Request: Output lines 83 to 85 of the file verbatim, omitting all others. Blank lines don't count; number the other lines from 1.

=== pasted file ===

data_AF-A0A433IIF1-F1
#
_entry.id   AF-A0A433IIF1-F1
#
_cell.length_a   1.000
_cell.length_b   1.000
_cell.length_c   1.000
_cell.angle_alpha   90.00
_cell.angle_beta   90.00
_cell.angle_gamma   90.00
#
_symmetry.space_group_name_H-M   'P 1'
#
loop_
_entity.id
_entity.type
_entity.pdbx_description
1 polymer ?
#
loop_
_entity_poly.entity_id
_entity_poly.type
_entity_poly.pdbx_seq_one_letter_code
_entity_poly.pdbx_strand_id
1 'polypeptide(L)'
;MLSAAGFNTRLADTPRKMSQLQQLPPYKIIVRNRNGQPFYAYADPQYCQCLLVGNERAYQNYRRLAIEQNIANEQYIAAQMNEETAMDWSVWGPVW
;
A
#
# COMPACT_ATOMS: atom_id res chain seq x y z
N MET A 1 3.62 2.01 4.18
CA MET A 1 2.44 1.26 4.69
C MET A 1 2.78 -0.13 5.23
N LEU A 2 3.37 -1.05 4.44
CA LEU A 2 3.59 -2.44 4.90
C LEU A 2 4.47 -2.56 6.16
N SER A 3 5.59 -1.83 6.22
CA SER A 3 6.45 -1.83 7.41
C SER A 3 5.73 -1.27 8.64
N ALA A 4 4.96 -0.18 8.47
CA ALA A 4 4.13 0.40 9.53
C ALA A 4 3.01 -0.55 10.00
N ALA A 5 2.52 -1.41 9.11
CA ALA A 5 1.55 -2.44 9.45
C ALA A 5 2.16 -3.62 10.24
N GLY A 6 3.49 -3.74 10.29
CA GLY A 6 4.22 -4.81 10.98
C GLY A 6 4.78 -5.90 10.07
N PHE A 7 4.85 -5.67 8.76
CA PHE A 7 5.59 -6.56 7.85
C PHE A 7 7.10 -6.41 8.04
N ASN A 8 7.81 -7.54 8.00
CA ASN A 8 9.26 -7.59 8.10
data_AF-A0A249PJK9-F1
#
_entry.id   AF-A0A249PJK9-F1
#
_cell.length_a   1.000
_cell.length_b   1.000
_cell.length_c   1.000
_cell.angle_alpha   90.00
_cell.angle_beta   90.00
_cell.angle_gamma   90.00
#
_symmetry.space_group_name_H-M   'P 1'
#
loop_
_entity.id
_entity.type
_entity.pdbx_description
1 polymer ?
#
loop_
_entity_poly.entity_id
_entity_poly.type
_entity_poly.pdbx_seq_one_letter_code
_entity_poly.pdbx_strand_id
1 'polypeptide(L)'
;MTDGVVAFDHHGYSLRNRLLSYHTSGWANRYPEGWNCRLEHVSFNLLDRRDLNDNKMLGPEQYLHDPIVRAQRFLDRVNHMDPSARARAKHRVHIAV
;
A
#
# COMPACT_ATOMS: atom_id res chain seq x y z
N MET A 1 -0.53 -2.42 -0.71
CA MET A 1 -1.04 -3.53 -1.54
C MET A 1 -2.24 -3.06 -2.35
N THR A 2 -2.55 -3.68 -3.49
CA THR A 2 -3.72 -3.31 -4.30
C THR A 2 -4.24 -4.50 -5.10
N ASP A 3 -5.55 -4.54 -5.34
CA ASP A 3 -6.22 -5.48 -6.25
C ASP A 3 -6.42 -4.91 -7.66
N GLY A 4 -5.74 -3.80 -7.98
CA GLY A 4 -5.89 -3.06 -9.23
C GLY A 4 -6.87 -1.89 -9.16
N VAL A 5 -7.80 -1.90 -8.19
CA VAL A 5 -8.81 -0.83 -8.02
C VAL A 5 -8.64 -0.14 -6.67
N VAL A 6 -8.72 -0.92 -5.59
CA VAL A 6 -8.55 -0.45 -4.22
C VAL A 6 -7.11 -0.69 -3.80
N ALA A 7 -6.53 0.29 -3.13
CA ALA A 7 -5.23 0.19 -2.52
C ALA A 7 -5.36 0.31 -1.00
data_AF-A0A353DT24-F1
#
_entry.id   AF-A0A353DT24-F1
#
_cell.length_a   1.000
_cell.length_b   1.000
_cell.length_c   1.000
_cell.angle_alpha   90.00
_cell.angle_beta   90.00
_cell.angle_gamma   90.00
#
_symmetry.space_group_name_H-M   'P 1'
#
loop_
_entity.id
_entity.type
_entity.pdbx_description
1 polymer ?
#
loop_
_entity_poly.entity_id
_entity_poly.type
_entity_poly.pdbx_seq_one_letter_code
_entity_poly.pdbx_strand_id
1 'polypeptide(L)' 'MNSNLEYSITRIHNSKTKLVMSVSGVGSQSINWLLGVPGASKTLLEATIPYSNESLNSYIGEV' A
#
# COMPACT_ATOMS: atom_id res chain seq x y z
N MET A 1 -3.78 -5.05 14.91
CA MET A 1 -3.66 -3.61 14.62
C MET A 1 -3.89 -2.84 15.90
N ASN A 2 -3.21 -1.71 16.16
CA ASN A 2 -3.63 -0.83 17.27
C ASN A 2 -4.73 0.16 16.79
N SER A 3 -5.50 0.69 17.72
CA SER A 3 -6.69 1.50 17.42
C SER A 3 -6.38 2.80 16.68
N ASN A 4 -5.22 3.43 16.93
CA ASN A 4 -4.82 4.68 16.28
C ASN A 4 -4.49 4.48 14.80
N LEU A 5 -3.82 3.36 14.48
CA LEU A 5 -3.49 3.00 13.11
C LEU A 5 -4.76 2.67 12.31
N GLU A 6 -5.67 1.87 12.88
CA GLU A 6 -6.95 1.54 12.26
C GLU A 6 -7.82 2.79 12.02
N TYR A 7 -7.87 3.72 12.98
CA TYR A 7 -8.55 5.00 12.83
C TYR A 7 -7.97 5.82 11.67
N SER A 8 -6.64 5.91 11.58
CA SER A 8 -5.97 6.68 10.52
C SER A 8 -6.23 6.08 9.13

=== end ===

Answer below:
# COMPACT_ATOMS: atom_id res chain seq x y z
N MET A 1 -0.53 -2.42 -0.71
CA MET A 1 -1.04 -3.53 -1.54